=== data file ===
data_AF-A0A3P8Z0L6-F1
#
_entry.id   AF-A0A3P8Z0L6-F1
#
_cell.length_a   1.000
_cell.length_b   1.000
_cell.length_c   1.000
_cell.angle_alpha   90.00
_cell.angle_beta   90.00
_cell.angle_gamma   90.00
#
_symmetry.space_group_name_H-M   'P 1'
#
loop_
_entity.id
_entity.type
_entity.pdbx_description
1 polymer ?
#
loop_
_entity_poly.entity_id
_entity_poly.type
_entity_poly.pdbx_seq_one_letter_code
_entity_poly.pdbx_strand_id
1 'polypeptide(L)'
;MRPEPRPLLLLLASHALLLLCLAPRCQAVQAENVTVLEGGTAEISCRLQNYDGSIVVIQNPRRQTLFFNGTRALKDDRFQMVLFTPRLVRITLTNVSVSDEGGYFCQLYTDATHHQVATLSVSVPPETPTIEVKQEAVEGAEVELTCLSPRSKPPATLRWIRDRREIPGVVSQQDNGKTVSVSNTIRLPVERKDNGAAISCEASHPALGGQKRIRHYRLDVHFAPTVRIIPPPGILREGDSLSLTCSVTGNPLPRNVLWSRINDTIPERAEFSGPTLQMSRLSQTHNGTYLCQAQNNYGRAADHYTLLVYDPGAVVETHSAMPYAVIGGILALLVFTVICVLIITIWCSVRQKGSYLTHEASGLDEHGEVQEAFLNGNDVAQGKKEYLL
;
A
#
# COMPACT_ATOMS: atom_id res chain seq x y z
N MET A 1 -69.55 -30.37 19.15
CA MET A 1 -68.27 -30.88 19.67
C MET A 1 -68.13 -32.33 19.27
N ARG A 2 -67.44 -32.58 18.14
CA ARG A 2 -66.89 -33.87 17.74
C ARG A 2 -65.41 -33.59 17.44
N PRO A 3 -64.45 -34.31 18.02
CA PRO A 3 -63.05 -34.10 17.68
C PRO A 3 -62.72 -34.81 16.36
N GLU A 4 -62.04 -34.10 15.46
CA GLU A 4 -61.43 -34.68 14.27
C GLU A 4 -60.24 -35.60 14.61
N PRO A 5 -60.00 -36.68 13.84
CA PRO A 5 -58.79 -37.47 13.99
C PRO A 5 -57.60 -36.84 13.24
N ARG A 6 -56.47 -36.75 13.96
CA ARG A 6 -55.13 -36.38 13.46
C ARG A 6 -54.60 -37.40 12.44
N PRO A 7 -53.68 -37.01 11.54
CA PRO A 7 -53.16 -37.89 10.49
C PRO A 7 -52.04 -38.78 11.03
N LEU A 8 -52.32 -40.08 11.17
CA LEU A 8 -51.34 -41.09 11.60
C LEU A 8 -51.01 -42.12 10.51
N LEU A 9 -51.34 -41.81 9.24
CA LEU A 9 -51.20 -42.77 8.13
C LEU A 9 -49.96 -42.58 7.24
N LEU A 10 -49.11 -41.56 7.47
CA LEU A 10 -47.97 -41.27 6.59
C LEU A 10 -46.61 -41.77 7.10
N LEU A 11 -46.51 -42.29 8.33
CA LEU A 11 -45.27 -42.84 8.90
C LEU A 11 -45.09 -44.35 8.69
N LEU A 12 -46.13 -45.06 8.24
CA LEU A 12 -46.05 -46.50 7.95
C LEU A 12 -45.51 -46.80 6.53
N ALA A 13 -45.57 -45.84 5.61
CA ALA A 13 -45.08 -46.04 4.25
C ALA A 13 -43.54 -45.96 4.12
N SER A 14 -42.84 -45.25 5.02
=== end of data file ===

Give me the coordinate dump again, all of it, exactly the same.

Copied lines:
data_AF-A0A3P8Z0L6-F1
#
_entry.id   AF-A0A3P8Z0L6-F1
#
_cell.length_a   1.000
_cell.length_b   1.000
_cell.length_c   1.000
_cell.angle_alpha   90.00
_cell.angle_beta   90.00
_cell.angle_gamma   90.00
#
_symmetry.space_group_name_H-M   'P 1'
#
loop_
_entity.id
_entity.type
_entity.pdbx_description
1 polymer ?
#
loop_
_entity_poly.entity_id
_entity_poly.type
_entity_poly.pdbx_seq_one_letter_code
_entity_poly.pdbx_strand_id
1 'polypeptide(L)'
;MRPEPRPLLLLLASHALLLLCLAPRCQAVQAENVTVLEGGTAEISCRLQNYDGSIVVIQNPRRQTLFFNGTRALKDDRFQMVLFTPRLVRITLTNVSVSDEGGYFCQLYTDATHHQVATLSVSVPPETPTIEVKQEAVEGAEVELTCLSPRSKPPATLRWIRDRREIPGVVSQQDNGKTVSVSNTIRLPVERKDNGAAISCEASHPALGGQKRIRHYRLDVHFAPTVRIIPPPGILREGDSLSLTCSVTGNPLPRNVLWSRINDTIPERAEFSGPTLQMSRLSQTHNGTYLCQAQNNYGRAADHYTLLVYDPGAVVETHSAMPYAVIGGILALLVFTVICVLIITIWCSVRQKGSYLTHEASGLDEHGEVQEAFLNGNDVAQGKKEYLL
;
A
#
# COMPACT_ATOMS: atom_id res chain seq x y z
N MET A 1 -69.55 -30.37 19.15
CA MET A 1 -68.27 -30.88 19.67
C MET A 1 -68.13 -32.33 19.27
N ARG A 2 -67.44 -32.58 18.14
CA ARG A 2 -66.89 -33.87 17.74
C ARG A 2 -65.41 -33.59 17.44
N PRO A 3 -64.45 -34.31 18.02
CA PRO A 3 -63.05 -34.10 17.68
C PRO A 3 -62.72 -34.81 16.36
N GLU A 4 -62.04 -34.10 15.46
CA GLU A 4 -61.43 -34.68 14.27
C GLU A 4 -60.24 -35.60 14.61
N PRO A 5 -60.00 -36.68 13.84
CA PRO A 5 -58.79 -37.47 13.99
C PRO A 5 -57.60 -36.84 13.24
N ARG A 6 -56.47 -36.75 13.96
CA ARG A 6 -55.13 -36.38 13.46
C ARG A 6 -54.60 -37.40 12.44
N PRO A 7 -53.68 -37.01 11.54
CA PRO A 7 -53.16 -37.89 10.49
C PRO A 7 -52.04 -38.78 11.03
N LEU A 8 -52.32 -40.08 11.17
CA LEU A 8 -51.34 -41.09 11.60
C LEU A 8 -51.01 -42.12 10.51
N LEU A 9 -51.34 -41.81 9.24
CA LEU A 9 -51.20 -42.77 8.13
C LEU A 9 -49.96 -42.58 7.24
N LEU A 10 -49.11 -41.56 7.47
CA LEU A 10 -47.97 -41.27 6.59
C LEU A 10 -46.61 -41.77 7.10
N LEU A 11 -46.51 -42.29 8.33
CA LEU A 11 -45.27 -42.84 8.90
C LEU A 11 -45.09 -44.35 8.69
N LEU A 12 -46.13 -45.06 8.24
CA LEU A 12 -46.05 -46.50 7.95
C LEU A 12 -45.51 -46.80 6.53
N ALA A 13 -45.57 -45.84 5.61
CA ALA A 13 -45.08 -46.04 4.25
C ALA A 13 -43.54 -45.96 4.12
N SER A 14 -42.84 -45.25 5.02